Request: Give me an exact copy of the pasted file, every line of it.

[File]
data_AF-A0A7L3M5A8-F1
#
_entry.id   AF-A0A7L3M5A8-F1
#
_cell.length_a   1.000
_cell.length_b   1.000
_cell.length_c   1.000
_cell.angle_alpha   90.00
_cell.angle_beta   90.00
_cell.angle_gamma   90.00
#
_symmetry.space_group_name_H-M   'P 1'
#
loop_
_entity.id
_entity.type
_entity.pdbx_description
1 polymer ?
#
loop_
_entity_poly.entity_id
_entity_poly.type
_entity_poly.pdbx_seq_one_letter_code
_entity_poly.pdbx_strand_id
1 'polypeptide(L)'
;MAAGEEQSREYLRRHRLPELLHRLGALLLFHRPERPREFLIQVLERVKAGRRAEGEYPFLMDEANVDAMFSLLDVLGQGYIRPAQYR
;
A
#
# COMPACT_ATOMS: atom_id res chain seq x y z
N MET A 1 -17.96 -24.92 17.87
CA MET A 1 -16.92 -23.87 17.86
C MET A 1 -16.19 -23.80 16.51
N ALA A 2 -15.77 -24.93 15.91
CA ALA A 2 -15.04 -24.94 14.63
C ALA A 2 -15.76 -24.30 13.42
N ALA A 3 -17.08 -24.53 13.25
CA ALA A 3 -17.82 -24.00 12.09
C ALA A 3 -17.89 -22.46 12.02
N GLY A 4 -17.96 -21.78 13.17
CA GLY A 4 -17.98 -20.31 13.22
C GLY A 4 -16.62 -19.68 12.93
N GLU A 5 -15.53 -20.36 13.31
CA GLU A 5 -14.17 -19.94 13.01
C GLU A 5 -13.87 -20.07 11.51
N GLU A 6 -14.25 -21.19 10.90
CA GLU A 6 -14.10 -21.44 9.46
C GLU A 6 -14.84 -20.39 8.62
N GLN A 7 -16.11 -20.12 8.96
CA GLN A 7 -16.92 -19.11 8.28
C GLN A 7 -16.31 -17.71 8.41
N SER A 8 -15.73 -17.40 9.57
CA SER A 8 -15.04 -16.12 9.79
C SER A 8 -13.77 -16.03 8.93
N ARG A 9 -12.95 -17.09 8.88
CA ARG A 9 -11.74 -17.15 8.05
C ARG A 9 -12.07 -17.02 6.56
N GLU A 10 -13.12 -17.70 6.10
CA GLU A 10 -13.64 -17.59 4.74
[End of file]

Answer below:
data_AF-A0A7L3M5A8-F1
#
_entry.id   AF-A0A7L3M5A8-F1
#
_cell.length_a   1.000
_cell.length_b   1.000
_cell.length_c   1.000
_cell.angle_alpha   90.00
_cell.angle_beta   90.00
_cell.angle_gamma   90.00
#
_symmetry.space_group_name_H-M   'P 1'
#
loop_
_entity.id
_entity.type
_entity.pdbx_description
1 polymer ?
#
loop_
_entity_poly.entity_id
_entity_poly.type
_entity_poly.pdbx_seq_one_letter_code
_entity_poly.pdbx_strand_id
1 'polypeptide(L)'
;MAAGEEQSREYLRRHRLPELLHRLGALLLFHRPERPREFLIQVLERVKAGRRAEGEYPFLMDEANVDAMFSLLDVLGQGYIRPAQYR
;
A
#
# COMPACT_ATOMS: atom_id res chain seq x y z
N MET A 1 -17.96 -24.92 17.87
CA MET A 1 -16.92 -23.87 17.86
C MET A 1 -16.19 -23.80 16.51
N ALA A 2 -15.77 -24.93 15.91
CA ALA A 2 -15.04 -24.94 14.63
C ALA A 2 -15.76 -24.30 13.42
N ALA A 3 -17.08 -24.53 13.25
CA ALA A 3 -17.82 -24.00 12.09
C ALA A 3 -17.89 -22.46 12.02
N GLY A 4 -17.96 -21.78 13.17
CA GLY A 4 -17.98 -20.31 13.22
C GLY A 4 -16.62 -19.68 12.93
N GLU A 5 -15.53 -20.36 13.31
CA GLU A 5 -14.17 -19.94 13.01
C GLU A 5 -13.87 -20.07 11.51
N GLU A 6 -14.25 -21.19 10.90
CA GLU A 6 -14.10 -21.44 9.46
C GLU A 6 -14.84 -20.39 8.62
N GLN A 7 -16.11 -20.12 8.96
CA GLN A 7 -16.92 -19.11 8.28
C GLN A 7 -16.31 -17.71 8.41
N SER A 8 -15.73 -17.40 9.57
CA SER A 8 -15.04 -16.12 9.79
C SER A 8 -13.77 -16.03 8.93
N ARG A 9 -12.95 -17.09 8.88
CA ARG A 9 -11.74 -17.15 8.05
C ARG A 9 -12.07 -17.02 6.56
N GLU A 10 -13.12 -17.70 6.10
CA GLU A 10 -13.64 -17.59 4.74